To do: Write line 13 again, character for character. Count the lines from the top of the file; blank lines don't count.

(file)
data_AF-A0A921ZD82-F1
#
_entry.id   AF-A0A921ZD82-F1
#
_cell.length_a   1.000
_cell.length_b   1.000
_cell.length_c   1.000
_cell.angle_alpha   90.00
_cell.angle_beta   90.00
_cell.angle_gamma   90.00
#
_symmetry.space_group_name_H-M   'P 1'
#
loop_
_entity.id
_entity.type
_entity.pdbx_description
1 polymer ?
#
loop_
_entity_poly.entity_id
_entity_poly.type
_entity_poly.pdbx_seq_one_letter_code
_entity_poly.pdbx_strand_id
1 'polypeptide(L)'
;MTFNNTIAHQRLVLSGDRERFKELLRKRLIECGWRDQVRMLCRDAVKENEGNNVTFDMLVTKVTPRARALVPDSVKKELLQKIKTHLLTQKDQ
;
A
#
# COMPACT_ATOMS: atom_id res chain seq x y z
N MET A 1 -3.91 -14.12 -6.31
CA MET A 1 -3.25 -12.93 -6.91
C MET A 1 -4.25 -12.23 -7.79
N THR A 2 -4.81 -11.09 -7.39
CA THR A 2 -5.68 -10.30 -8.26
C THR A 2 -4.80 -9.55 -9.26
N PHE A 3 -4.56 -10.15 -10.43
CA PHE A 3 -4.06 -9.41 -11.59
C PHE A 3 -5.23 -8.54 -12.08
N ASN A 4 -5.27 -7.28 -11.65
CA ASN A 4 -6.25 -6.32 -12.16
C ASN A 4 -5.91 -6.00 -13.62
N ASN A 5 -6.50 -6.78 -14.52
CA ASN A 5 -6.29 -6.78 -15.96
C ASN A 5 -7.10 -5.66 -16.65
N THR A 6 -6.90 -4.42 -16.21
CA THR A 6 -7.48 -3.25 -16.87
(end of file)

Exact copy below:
#